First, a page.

April 21, 2006

My sysadmin toolbox

Author: Luka Abazovic

I'm a young Linux developer from Serbia and Montenegro and a big fan of networking under Linux. Most of my favorite tools help with Linux networking and data security.


Tripwire is a great tool for checking to see whether files have been created, deleted, or modified. Tripwire stores a snapshot of your files in its database, and you can compare your files against the snapshot to discover any changes that might indicate a compromise. Tripwire's main feature is file integrity checking, and it's capable of checking VFAT filesystems and verifying installed RPMs.

Most distributions have packages for Tripwire, or you can grab its source code from SourceForge if you'd like to compile it from scratch. After you have installed Tripwire, you should set it up:

cd /etc/tripwire
tripwire --init
rm twcfg.txt twpol.txt

The twinstall.sh script creates a site key and the local key, signs the configuration file twcfg.txt with the site key and creates tw.cfg, and signs the policy file, twpol.txt, with the site key and creates tw.pol.

The next step is to create the database and sign it with the local key using tripwire --init. You should now type the key you entered last time, and finally remove the plaintext configuration files.

The first thing you should do after installing GNU/Linux is to make a snapshot with Tripwire. Then, to perform basic integrity checking, issue the command tripwire --check. This compares your files against the snapshot in the database. Alternatively, you can specify files and directories you wish to check:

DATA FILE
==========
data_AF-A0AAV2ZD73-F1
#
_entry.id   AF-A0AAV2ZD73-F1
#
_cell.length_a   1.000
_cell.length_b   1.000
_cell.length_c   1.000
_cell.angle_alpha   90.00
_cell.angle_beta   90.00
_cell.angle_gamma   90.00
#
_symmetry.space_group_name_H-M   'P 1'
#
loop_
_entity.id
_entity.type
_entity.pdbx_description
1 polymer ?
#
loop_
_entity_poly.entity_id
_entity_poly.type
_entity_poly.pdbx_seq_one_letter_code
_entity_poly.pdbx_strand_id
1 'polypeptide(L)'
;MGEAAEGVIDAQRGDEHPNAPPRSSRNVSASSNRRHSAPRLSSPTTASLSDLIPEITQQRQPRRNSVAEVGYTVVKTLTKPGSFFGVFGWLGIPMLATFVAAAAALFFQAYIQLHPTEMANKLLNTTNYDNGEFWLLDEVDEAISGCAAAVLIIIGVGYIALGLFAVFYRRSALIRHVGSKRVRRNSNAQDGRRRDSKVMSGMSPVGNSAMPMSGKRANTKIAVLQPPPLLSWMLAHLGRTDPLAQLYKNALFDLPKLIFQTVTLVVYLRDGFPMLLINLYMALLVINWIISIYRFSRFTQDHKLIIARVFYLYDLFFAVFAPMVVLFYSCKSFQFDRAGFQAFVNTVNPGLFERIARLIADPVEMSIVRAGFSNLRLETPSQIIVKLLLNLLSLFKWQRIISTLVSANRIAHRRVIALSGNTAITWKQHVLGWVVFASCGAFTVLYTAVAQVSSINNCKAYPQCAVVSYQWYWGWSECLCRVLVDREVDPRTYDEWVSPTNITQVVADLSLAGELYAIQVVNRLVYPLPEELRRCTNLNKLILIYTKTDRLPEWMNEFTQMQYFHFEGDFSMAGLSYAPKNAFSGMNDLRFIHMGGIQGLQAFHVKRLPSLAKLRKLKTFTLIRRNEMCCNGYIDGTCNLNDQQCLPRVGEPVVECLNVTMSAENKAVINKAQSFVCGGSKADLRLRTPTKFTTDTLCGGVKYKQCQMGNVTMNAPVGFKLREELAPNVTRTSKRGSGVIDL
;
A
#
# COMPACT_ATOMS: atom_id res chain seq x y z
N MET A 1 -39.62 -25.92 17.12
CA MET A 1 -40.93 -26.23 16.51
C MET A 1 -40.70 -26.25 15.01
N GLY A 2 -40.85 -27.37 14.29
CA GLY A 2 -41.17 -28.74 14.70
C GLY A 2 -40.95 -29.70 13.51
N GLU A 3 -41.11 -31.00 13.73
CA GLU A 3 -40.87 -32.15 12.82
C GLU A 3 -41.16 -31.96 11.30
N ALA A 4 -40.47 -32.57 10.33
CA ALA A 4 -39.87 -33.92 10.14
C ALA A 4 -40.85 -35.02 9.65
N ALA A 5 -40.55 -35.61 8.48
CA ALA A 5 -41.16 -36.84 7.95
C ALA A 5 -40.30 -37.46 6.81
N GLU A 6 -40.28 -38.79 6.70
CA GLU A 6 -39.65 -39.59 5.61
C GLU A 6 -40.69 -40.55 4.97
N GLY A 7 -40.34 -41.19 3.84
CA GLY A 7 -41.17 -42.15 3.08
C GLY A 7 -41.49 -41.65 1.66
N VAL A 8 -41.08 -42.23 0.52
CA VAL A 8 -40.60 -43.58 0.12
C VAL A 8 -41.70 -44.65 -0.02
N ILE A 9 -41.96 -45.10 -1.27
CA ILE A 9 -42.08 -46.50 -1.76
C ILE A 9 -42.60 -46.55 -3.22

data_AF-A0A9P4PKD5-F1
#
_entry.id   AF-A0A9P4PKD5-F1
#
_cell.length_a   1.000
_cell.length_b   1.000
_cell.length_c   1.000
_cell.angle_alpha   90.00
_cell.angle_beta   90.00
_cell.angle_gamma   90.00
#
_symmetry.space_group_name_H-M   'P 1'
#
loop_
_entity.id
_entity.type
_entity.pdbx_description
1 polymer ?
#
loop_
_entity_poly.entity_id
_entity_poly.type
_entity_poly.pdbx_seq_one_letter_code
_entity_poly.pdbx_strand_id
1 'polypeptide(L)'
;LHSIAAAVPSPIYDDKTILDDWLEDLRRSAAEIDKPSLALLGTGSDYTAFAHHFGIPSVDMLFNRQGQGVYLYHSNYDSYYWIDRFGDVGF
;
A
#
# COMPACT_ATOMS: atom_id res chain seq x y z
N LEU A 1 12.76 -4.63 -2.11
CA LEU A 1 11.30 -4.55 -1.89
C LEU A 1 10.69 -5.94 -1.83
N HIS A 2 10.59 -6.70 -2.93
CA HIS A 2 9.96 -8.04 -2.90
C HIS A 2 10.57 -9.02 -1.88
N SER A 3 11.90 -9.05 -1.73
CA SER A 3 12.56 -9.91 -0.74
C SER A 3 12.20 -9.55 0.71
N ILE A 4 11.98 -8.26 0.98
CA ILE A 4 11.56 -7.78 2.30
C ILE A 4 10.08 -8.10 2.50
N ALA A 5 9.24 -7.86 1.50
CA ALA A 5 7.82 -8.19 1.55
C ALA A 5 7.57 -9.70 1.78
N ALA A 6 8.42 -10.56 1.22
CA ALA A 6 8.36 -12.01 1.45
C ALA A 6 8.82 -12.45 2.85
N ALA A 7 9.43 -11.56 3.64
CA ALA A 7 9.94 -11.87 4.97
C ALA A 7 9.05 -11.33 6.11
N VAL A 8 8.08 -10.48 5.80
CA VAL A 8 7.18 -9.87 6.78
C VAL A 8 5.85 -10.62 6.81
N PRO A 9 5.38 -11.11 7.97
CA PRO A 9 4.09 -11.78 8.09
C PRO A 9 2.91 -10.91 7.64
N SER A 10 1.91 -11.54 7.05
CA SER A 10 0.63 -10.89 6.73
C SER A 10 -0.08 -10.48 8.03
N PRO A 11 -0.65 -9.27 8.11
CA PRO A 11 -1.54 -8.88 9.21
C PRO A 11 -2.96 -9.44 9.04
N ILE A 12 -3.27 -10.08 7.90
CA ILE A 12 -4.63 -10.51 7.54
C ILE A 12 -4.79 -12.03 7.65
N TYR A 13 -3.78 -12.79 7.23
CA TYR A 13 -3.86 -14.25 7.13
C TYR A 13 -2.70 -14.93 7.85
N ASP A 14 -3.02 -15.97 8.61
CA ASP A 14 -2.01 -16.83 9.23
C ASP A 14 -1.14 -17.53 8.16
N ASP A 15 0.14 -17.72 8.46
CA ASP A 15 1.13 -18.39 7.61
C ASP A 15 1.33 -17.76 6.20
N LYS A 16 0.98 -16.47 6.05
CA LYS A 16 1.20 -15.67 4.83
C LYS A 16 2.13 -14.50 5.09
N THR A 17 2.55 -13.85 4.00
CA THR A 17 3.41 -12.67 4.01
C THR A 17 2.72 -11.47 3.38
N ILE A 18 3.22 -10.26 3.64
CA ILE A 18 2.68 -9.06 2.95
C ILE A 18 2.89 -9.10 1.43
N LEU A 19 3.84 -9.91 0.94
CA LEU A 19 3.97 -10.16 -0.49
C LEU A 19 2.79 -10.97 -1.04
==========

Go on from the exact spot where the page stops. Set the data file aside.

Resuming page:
tripwire --check /bin/cp /bin/login

This should be enough to get you started. One main disadvantage of Tripwire is that if you update your critical files frequently, you have to update your snapshot database also.

Secure Shell

SSH encrypts data being sent and received, whether you're using a remote shell or transferring files using scp and sftp. It replaces less secure utilities such as FTP and Telnet that send data over the Net in plain text. The main reason I like SSH is that I can use keys instead of passwords.

I use SSH to establish remote shells on systems that I work on, and to run interactive and non-interactive commands on remote systems. For example, to run uptime on a remote host, I use ssh -l luka hostname uptime. This tells SSH to log me in as user luka, and then run the uptime command. The -l option, which specifies the login, is necessary only if the username on the remote system is different from your username on the local system.

To run an interactive command, use the -t option. For example, to use vi to make a quick edit on a file on a remote host, I'd use ssh -t -l luka hostname vi filename. This will log me in to the remote system, start up vi filename, then log me out of the remote system when I finish my vi session.

Network Mapper (nmap)

Nmap is a highly capable portscanner that was written by hacker Fyodor. It alows you to check whether a host is up, scan for open ports, and even see what operating system a host is running. For some people, it's the primary security tool under Linux. Some basic options you can pass to nmap are:

  • -P0 scans the host without pinging it.
  • -sS sends a SYN packet and waits for response.
  • -sF does a stealth scan using a FIN packet.
  • -O tries to guess the operating system of the remote host.
  • -p defines a range of ports for scanning. For example, nmap -p 80-88 will scan ports 80 through 88.